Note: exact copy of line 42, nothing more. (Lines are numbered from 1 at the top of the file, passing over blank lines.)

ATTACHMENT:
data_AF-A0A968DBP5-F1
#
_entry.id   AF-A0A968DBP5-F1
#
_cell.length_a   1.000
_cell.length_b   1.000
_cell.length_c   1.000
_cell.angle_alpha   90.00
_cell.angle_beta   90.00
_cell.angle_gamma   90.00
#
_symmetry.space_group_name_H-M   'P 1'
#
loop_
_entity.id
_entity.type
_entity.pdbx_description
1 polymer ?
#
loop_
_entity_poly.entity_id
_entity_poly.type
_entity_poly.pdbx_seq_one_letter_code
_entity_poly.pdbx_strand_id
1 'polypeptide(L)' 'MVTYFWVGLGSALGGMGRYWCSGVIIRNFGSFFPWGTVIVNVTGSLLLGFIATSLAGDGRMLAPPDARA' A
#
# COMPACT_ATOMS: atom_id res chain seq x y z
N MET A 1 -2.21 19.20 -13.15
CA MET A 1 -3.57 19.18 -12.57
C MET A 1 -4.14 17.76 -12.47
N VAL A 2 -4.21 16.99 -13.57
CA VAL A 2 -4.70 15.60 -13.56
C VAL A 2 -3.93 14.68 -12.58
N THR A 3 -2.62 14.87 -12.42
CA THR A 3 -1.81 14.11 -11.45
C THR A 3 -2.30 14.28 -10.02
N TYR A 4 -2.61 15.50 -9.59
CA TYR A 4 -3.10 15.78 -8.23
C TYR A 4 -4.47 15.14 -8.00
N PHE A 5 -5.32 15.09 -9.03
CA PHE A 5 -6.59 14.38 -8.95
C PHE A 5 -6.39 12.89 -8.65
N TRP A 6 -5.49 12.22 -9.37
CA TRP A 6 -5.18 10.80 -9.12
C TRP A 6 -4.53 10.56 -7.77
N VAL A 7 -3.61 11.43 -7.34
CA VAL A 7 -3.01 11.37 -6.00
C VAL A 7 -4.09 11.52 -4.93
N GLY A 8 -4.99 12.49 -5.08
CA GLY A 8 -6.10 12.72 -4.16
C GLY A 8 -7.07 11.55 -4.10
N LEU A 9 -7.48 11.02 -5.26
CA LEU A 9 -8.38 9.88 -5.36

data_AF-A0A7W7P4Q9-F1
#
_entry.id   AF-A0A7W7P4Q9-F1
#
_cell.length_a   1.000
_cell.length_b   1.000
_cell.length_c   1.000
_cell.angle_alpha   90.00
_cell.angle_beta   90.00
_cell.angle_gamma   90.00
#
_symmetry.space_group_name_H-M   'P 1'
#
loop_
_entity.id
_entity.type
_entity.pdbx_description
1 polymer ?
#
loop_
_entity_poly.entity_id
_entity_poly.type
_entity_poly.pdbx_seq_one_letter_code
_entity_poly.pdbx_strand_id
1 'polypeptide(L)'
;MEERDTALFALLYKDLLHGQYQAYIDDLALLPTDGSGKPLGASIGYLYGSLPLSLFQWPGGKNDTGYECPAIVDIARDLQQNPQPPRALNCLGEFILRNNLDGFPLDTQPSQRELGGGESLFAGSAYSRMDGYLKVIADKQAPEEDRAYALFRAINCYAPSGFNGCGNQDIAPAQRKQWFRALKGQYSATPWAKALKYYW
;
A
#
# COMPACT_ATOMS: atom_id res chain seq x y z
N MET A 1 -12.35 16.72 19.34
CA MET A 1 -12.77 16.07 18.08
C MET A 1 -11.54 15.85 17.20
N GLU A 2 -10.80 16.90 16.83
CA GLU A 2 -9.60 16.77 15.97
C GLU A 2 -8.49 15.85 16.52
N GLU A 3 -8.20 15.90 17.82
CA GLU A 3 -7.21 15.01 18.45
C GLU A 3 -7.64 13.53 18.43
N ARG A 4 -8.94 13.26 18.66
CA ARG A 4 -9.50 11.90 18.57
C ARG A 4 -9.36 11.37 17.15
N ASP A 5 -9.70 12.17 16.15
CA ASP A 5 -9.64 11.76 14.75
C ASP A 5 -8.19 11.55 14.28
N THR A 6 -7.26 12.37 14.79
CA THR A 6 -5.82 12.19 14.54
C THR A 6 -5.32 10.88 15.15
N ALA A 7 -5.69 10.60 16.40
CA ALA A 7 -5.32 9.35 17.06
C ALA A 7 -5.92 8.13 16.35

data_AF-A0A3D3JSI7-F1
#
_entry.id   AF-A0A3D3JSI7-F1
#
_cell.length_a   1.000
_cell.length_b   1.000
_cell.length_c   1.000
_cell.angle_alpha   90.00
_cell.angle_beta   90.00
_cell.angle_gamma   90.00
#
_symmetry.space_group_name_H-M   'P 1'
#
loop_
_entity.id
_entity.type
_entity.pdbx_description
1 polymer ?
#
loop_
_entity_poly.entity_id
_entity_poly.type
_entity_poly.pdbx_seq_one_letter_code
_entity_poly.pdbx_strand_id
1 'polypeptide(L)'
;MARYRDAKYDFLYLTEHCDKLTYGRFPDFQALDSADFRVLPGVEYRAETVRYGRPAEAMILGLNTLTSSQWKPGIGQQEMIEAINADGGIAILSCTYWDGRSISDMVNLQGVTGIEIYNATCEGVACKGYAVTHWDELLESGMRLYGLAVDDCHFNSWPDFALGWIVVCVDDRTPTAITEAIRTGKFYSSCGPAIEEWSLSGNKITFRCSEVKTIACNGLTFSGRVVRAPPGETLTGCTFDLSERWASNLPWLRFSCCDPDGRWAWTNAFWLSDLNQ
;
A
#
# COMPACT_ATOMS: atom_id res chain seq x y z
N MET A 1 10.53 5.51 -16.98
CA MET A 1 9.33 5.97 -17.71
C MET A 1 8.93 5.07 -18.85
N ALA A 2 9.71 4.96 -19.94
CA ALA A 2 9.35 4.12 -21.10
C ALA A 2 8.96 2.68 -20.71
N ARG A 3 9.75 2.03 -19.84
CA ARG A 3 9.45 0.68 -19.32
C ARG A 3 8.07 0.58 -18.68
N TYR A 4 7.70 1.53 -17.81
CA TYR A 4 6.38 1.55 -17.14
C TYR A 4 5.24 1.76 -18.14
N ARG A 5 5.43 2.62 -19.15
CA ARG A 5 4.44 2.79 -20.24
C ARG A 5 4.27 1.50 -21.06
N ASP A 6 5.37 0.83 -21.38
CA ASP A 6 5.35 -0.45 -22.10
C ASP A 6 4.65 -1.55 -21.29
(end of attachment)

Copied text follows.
C PHE A 5 -6.39 12.89 -8.65